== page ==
Surely a 'normal' person would realise that after so many disasters one shouldn't go looking for more? No, no; la, la!
All it was was a leaking tap in our upstairs kitchen! Being skinflints when it comes to our own domestic needs; I fitted a cheap chatty Chinese tap in our kitchen (in the bedroom, remember?). I had quite a bit of trouble with it when I put it in in the first place, and when I removed it today, I found out why! The hot and cold pipes in the wall weren't exactly parallel, the cold one was a fraction out and I would rectify this before offering up the brand new mixer tap which had been expensively obtained earlier from friendly Mr Shawky down on Youssef Hassan St.
Now then, how to turn the pipe fitting in the wall by about an eighth of and inch without damaging the internal threads? Answer: go back to Mr Shawky and get him to thread a piece of iron pipe, then screw it into the fitting and push or pull the pipe sideways, easy-peasy! And that, Dear Reader, is exactly what I did; and it worked! However, whilst unscrewing the new piece of pipe/tool, didn't the fitting screw off with it? Now I was left with an externally threaded pipe end, sunk about an inch into the wall! Lovely, eh? Time for a cuppa and some chocolate, obviously!
The fitting in question was a cast iron twin threaded female pipe coupling, and it was pretty grotty, so I decide on a new one. I was struggling to imagine how I could confidently seal the joint which would actually be inside the wall. I mean; I couldn't possibly wrap it with hemp, as there was barely a quarter of an inch space around the pipe! After a deal of thought, I decided to plaster the inside threads of the fitting with silicone sealer, surely that would do the trick?
Off I trotted again to Mr Shawky's, for the third time in an hour. I knew where the pipe couplings were, so put my hand into the bin and picked one up, Shawky reached a tube of silicone down from a high shelf behind the counter, 17le. Happy as a sandboy, I made my way back to Our Luxor, determined to have the job finished in a jiffy! W R O N G!!!!
The coupling was about a quarter of an inch short. Damn and blast! (As my Mother would say when she's really really annoyed.) Another stroll down to Shawky's, where the son and I struggled to find the right length, but he did eventually; no extra charge. I had foolishly imagined that pipe couplings would all be the same length, well, you would wouldn't you? The stairs were now starting to take their toll on my stupid old knees, and I could sense that I was snapping at poor Freda when she was only trying to be helpful, bless her.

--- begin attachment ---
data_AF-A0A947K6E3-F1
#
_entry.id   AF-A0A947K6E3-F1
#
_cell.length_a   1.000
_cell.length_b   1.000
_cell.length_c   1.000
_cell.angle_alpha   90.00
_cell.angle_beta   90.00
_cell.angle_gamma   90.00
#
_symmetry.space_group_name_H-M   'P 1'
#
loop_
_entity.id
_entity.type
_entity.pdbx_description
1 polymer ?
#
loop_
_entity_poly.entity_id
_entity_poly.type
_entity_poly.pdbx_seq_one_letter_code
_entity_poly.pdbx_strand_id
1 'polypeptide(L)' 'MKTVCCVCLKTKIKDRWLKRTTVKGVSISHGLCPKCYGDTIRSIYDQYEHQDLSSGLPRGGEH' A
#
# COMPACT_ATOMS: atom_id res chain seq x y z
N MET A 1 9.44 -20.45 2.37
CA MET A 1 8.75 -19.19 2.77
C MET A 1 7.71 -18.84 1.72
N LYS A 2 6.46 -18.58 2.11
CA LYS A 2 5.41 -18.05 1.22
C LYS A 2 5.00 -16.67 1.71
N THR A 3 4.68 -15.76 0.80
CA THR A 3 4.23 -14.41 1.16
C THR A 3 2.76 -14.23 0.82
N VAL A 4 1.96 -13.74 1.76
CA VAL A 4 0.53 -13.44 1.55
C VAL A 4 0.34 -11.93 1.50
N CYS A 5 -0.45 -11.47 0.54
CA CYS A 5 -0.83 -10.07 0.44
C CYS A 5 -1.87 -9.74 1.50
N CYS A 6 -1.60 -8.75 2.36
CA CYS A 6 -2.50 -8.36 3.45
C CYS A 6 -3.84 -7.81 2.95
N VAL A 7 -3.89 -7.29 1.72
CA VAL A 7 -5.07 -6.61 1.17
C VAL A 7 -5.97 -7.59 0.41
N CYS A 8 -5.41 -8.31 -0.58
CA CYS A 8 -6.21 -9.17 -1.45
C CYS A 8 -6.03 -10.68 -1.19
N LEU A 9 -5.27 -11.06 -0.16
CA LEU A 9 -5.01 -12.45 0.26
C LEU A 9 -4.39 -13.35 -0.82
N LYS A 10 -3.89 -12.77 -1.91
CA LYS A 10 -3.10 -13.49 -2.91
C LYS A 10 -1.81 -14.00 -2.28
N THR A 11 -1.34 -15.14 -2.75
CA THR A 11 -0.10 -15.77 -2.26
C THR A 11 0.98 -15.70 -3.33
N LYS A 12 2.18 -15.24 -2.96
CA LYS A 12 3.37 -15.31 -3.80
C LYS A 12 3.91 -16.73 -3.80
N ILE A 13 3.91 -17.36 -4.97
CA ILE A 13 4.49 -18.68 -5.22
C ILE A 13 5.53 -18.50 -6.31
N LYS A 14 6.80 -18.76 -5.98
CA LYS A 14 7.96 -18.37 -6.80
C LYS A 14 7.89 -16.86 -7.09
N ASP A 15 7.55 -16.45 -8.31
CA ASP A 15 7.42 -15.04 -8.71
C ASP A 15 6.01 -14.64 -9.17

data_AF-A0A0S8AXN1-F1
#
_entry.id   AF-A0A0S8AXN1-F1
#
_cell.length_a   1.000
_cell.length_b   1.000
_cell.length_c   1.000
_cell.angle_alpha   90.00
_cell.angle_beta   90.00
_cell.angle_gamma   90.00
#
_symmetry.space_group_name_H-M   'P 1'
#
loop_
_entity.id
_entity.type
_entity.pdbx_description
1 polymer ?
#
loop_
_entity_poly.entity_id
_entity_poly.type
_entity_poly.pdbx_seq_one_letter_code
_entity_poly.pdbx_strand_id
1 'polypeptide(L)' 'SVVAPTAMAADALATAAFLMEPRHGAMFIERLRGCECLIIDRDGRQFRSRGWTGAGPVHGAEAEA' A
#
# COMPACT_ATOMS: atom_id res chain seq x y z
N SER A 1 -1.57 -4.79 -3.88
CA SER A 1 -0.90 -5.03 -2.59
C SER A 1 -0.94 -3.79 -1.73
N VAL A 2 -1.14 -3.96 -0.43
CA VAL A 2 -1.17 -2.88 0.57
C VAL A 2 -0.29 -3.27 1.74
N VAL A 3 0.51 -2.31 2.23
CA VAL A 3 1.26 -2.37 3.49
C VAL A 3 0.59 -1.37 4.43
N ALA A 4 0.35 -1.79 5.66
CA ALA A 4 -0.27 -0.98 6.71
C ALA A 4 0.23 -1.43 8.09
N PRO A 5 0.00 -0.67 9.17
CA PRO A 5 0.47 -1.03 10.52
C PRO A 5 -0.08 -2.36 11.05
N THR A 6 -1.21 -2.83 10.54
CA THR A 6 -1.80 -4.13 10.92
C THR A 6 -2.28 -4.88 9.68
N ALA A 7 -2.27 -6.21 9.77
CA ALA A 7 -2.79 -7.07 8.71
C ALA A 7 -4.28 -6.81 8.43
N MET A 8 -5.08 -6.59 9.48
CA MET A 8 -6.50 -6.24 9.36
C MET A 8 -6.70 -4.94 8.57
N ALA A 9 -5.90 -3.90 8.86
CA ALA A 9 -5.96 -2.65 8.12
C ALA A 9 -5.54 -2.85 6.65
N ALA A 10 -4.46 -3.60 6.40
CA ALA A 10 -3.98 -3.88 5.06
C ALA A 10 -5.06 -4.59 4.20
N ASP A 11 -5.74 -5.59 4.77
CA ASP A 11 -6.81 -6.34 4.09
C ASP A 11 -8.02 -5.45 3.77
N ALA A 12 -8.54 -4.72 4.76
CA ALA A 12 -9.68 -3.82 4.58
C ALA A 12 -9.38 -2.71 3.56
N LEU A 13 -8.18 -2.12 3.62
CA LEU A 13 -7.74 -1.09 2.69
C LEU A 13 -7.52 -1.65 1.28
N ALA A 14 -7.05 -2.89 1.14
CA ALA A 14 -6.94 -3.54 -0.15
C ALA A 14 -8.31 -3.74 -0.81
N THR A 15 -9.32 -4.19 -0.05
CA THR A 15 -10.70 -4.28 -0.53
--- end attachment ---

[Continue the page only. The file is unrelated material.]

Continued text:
That's another thing, as well! When we decided to have our kitchen in the bedroom, we had to have a plumber move pipework around to give us two cold taps (the other one being for the washing machine) and one hot. In the process, it transpired that the new cold offshoots came from the main feed pipe before the stopcock, which means that to turn off the water to our upstairs kitchen; the water had to be turned off altogether downstairs at the pump!!!!! More traipsing up and down!
Never mind. I coated the fittings for the taps with silicone and hemp, and while the hot one went straight into place, the cold one had to go into the new female coupling and then onto the old pipe end inside the wall. I slapped a fair dollop of silicone into the internal threads and screwed it on, hoping for the best, as you do! (I should add that as I know that silicone sealant has to be applied to dry surfaces; I had spent about 15 minutes drying and warming the 'in-place' fitting with Freda's hair dryer!)
Only then, did I realise that we wouldn't be able to use the water until the silicone had 'cured'; about 24 hours!!!!!!! I was sweaty and annoyed, and hungry and dirty! Then I had a brainwave (are you sure, Edward?) if I turned on the cold tap, then turned on the water; there'd be no pressure on the silicone to cause any problem as the water would just be running straight through the tap, yes? Then I could have a shower, good idea? Of course I'd have to try it first, so I got Freda to stand by the turned-on tap, and see what happened when I went downstairs again and turned on the main. I would speak to her via the telephone.
"Right then, Dear, I'm turning it on, NOW."........."Oooooh, turn it off, turn it off. It's spaying out all over the place!" Damn and blast again!
When there's only one other person there; it's obvious that she's the one that you're going to kill. isn't it? But, by the time I'd tramped back up the stairs (again) I couldn't have lifted the fly swatter, never mind a heavy 'blunt instrument'! That was it! I now realised that I hadn't learnt the lessons which should really have sunken in long before now, I would go and find Hany the plumber. (In saying that, it's OK learning the lesson that tradesmen have there trades, and that you shouldn't really muck about when you're not sure of what you're doing. But what about when you cannot find any tradesmen who have any sort of clue of what they're supposed to be doing anyway?)
Thankfully, that's not the case with my dear friend Hany. I only wish I'd known him earlier! He came, he saw, and he conquered! All it had been was that I had over-tightened the cold tap connecting nut, and split the rubber washer, would you believe it? But, then again, I'm more used (or used to be more used) to tightening cylinder head bolts to 150 pounds per square foot, or whatever, and not 'nipping' daft joints with rubbishy rubber washers in between!
Here's the finished article, all-in-all it cost 232le and a lot of bad temper!
But among all that upset, we learned that our Egyptian friends had voted overwhelmingly to endorse the new constitution and also that friend Hany has finally gotten engaged. So not a bad day after all, perhaps it's the beginning of a better new year for Egypt and her people?